Assuming the second version will be better than the first means you just screwed up the first time .

I prefer a simple light with high quality components and high build quality, and to heck with what everyone else is doing.

Me too, for this light.

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Quite sure the more people involves, the more options we’ll get. But let’s take a wider look.
Assuming the Authors aim in creating an over – time classic, widely accessible and for many applications. Shouldn’t we think of ‘the market’? I don’t think (with all due respect) BLFers are a representative group. We’re all crazy about flashlights. To make it right, the Authors should ask a question, who is the potential customer. Let’s say it’ll be very lucky at BLF and sells in number of 1000. And then what? Mugles who bought are likely to return due to too complicated UI.
Why not to use advanced processor and program it (flash the bios) just before sending? The same way we choose led temp. or ref type, we could choose software. Like at MTN. This way the light could reach more people, be more flexible and satisfy each group. Moreover, modding this light could be extended by multiple software versions.
Anyway, I think the success of this light depends on its sales. BLF won’t bring more than 1000? But if it becames common at gas stations.. BOOM,millions….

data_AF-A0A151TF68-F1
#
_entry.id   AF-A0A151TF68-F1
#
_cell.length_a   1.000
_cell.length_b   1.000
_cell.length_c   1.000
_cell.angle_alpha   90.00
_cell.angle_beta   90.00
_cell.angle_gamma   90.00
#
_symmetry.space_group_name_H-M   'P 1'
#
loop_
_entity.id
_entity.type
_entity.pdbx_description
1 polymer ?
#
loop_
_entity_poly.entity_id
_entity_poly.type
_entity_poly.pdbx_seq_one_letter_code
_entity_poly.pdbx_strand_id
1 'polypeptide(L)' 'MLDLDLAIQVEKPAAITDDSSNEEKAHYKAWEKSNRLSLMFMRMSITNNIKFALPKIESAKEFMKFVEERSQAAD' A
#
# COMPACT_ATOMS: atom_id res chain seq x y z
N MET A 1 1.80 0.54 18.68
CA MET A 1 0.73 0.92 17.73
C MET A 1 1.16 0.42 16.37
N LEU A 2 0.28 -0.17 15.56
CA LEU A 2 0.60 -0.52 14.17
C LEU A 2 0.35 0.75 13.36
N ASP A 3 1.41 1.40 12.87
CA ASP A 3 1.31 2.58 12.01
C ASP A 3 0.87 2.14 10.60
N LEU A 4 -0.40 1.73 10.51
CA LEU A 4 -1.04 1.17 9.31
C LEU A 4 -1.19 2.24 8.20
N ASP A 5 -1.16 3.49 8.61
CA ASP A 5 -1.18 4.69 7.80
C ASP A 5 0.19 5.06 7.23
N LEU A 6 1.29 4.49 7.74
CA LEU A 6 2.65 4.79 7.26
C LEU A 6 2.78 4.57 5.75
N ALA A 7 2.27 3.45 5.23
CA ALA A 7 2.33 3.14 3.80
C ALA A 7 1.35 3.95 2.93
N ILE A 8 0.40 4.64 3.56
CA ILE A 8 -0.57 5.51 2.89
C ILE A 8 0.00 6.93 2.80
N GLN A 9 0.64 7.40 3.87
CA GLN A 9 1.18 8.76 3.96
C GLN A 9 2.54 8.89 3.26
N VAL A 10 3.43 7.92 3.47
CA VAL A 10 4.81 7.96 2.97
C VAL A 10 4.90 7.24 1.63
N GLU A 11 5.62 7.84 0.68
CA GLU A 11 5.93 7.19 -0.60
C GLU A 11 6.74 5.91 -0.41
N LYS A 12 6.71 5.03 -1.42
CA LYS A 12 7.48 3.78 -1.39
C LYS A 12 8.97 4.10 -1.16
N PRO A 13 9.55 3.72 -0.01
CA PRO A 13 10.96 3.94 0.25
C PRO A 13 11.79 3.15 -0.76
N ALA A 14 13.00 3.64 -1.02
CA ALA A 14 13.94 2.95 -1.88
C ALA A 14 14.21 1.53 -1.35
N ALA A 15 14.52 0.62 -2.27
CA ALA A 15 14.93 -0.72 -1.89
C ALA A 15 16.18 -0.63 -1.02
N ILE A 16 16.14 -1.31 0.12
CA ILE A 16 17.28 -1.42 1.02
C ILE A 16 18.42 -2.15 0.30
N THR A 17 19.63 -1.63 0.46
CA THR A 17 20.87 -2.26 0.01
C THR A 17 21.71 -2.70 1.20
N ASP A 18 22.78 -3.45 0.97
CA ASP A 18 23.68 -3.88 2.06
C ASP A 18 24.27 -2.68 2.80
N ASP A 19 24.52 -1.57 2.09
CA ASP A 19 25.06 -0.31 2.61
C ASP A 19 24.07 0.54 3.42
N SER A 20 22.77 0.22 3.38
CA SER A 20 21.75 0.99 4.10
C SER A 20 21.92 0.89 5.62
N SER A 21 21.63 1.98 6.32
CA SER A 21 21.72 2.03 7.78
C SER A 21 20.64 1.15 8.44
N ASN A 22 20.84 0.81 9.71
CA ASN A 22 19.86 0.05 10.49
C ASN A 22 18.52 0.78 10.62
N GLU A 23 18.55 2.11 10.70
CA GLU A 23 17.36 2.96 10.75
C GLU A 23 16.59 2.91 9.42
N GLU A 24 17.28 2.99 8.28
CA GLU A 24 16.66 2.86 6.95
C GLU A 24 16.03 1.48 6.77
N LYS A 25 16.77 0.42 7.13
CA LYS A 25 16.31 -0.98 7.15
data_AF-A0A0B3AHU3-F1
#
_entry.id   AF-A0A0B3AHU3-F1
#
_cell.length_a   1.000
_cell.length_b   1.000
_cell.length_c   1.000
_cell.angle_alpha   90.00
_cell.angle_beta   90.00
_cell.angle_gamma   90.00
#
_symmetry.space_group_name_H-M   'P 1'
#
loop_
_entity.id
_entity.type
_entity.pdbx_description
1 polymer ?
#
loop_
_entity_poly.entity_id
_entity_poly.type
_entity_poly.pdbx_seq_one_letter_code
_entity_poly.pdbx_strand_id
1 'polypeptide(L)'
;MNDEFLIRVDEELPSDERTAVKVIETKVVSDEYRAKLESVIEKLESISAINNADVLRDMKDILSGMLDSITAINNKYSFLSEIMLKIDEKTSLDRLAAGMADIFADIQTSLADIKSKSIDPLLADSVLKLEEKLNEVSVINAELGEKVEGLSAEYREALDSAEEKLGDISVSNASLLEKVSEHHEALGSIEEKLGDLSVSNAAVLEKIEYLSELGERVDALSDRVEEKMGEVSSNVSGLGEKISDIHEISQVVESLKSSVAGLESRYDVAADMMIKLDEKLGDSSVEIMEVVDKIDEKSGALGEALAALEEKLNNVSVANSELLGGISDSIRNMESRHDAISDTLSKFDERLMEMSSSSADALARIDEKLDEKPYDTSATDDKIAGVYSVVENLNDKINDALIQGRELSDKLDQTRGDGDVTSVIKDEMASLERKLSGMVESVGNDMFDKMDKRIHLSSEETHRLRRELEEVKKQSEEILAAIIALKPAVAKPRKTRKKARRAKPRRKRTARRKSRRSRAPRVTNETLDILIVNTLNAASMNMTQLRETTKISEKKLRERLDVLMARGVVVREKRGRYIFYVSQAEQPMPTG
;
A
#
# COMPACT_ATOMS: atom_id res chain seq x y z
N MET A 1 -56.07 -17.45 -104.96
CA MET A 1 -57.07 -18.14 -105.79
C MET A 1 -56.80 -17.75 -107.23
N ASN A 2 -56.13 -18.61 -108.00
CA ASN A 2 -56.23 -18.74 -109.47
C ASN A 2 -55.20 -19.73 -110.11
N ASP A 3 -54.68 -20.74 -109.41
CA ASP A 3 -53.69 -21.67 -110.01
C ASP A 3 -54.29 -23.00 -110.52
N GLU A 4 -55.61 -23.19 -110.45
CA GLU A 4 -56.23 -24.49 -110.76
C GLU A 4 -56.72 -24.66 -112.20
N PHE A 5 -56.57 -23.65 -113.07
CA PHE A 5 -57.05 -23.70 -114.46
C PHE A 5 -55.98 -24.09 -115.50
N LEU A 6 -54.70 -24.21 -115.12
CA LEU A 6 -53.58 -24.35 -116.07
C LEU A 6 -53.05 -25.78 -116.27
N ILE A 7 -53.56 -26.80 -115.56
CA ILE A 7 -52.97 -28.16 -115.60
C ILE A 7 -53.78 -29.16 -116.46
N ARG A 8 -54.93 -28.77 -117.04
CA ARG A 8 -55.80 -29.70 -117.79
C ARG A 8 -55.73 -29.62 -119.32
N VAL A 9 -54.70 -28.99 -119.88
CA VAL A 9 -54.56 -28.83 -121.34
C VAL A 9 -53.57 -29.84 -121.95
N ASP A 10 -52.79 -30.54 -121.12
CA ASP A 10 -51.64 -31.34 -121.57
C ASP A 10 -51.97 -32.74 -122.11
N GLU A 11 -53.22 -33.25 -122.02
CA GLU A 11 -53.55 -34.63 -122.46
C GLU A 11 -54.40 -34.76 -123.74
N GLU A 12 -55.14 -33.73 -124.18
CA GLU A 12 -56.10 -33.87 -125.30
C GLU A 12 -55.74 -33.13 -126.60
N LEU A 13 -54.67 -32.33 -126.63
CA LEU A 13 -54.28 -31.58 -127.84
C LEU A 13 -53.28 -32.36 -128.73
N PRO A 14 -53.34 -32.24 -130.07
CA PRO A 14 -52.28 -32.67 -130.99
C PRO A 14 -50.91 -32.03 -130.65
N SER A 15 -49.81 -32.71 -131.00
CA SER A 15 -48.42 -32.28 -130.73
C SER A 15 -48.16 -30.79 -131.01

So… The software could be developed, best if market research could prove which exactly functions are desired most by a regular buyer. Who that buyer is (statistics on many factors) etc…

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If people are going to flash it, then design it with “pogo pin” access and sell it bundled with the pogo pin connectors.

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Well, let’s make a high CRI light with a simple, but good UI like this:
Moonlight (0,5 lumens) — Low-Low (5 lumens) — Low (40 lumens) — Medium(200 lumens) — High(500 lumens)

Shouldn’t be too hard now, would it?

With a SST-20 95CRI 4000k, a reverse tailswitch, simple coated clear anodization, OP reflector, 2x AA compatibility, it could be a killer.

The only problem would be the cell choice and USB charging.

USB charging could be implemented with 1x AA NiMH LSD cell included in the box, but the cell would’ve to be included at all costs.